Welcome to Australian Prescriber
Australian Prescriber is a free, independent publication providing readily accessible information about drugs and therapeutics, published by NPS MedicineWise. It covers topics for health professionals, students and consumers. Read more about Australian Prescriber here.
Readers can access the full text of all articles online free of charge. Australian health professionals are entitled to a free subscription to the paper copy.Index Search
- Perampanel for epilepsy
- Simeprevir for hepatitis C
- Umeclidinium bromide for chronic obstructive pulmonary disease
- Enzalutamide for prostate cancer
- Fluticasone furoate with vilanterol for asthma, chronic obstructive pulmonary disease
- Pomalidomide for multiple myeloma
- Retapamulin for skin infections
- Asia Pacific Conference on National Medicines Policies - Conference Report
- Independent therapeutic advice: How achievable is it? - Independence Forum
The history of Australian Prescriber
The new antiplatelet drugs help to improve the survival of patients with acute coronary syndrome. Praveen Indraratna and Christopher Cao remind us that the drugs also create problems if major surgery is needed. Austin Ng and Leonard Kritharides inform us about the other factors cardiologists consider in their preoperative assessments.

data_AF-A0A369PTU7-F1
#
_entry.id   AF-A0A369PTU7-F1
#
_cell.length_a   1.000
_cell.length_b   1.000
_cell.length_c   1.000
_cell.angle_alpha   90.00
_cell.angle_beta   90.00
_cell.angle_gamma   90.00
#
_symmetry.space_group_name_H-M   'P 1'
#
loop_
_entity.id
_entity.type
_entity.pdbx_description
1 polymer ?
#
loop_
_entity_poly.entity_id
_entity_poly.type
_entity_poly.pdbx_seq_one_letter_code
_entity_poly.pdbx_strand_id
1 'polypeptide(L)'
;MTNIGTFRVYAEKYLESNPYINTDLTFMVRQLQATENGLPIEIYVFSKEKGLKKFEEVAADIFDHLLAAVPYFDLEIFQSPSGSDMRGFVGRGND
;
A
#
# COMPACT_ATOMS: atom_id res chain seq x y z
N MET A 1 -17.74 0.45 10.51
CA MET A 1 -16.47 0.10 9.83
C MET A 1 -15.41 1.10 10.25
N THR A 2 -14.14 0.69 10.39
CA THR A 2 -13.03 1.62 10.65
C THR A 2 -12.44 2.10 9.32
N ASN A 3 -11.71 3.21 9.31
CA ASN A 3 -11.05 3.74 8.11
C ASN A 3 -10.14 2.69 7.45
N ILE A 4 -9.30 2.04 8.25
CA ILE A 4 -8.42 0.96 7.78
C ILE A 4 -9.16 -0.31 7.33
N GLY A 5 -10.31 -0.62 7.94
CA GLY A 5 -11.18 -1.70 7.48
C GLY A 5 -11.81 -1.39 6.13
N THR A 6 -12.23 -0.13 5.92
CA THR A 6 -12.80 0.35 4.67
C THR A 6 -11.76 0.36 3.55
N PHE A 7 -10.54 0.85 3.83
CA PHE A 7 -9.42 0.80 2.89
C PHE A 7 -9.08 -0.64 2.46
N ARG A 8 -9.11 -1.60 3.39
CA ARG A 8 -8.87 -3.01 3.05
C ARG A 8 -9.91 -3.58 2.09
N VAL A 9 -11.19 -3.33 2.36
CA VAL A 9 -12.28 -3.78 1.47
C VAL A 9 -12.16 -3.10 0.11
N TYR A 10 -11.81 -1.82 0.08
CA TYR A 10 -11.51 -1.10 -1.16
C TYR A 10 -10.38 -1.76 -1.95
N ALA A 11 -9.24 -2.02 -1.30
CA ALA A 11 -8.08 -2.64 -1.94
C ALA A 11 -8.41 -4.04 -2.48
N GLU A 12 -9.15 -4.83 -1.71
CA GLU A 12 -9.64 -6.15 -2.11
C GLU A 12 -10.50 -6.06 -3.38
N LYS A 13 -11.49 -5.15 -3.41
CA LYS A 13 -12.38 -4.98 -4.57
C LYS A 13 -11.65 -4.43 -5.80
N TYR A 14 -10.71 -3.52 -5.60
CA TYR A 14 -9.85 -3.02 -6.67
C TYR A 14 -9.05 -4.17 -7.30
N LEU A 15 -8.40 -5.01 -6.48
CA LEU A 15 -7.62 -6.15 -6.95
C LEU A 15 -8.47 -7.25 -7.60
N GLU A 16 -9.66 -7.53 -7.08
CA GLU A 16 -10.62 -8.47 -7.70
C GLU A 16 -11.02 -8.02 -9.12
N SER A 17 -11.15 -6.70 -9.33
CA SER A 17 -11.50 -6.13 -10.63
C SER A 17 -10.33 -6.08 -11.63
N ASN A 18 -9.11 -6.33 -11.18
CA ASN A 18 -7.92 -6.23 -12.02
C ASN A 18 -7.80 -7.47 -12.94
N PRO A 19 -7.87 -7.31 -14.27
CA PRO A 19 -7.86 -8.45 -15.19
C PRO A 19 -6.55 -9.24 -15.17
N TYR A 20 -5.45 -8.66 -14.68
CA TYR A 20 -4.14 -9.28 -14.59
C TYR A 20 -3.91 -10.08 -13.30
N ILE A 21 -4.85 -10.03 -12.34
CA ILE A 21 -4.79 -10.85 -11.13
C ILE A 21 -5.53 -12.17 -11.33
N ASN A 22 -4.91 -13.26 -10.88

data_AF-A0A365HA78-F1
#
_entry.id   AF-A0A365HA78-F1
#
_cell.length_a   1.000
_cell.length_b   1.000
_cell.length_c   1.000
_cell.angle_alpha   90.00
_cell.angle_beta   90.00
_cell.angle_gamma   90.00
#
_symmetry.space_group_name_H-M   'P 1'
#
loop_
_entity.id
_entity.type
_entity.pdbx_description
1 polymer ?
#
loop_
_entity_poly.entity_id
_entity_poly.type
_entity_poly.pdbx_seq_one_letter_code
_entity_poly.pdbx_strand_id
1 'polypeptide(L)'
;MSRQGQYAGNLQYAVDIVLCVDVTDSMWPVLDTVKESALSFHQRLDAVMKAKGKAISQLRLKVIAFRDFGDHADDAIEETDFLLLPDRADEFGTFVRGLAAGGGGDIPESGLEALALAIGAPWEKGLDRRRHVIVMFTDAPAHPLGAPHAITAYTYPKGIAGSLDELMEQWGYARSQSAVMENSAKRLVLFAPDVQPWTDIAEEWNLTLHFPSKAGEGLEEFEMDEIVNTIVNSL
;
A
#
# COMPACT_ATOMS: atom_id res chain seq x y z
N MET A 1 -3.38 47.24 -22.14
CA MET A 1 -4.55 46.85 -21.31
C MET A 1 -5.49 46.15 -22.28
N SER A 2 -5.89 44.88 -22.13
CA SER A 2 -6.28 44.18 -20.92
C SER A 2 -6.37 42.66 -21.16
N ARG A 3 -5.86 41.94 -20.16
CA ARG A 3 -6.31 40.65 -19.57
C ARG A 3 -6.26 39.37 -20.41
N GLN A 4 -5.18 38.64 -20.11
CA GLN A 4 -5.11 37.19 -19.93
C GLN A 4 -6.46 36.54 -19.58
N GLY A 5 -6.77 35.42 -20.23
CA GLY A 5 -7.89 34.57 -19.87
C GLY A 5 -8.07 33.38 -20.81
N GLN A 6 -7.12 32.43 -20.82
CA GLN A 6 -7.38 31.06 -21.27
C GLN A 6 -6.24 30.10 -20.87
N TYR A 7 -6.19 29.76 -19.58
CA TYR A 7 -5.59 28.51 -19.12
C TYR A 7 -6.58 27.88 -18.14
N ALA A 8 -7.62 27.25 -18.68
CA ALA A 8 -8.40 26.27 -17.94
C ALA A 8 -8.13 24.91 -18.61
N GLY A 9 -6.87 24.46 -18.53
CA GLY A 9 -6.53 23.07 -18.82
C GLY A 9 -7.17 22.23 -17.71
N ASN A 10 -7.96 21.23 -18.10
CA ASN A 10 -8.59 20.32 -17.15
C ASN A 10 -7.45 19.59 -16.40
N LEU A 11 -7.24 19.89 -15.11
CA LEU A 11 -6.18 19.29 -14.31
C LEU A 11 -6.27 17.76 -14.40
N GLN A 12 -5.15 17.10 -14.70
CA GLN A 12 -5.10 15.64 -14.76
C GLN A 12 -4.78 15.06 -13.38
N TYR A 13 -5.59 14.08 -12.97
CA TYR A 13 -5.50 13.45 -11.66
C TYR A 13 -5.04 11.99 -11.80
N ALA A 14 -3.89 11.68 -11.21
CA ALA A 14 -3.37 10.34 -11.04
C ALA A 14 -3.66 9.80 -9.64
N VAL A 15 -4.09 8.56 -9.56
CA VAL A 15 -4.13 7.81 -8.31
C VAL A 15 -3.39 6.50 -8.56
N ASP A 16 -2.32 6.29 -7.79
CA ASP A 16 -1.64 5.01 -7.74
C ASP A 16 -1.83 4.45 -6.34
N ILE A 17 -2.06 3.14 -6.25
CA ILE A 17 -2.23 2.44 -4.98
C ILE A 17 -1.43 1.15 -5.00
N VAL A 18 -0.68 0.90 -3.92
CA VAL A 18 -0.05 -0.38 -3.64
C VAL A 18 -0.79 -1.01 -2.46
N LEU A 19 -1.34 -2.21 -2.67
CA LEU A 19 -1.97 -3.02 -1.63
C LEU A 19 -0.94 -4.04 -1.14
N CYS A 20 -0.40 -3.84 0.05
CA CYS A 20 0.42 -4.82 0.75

Assessing the patient is also very important when deciding whether to prescribe testosterone. Donald Perry-Keene says the hormone should not be used to manage non-specific symptoms such as reduced energy or poor concentration.
Judicious prescribing is also needed in palliative care. Debra Rowett and David Currow are concerned that adverse effects may be overlooked.
Terminal illness is likely to affect drug disposition. Bruce Charles believes that population pharmacokinetics can help us investigate drugs in patient groups that are difficult to study, including children.
While some children may be prescribed drugs such as imipramine for incontinence, Gail Nankivell and Patrina Caldwell advise that conservative treatment should be tried first.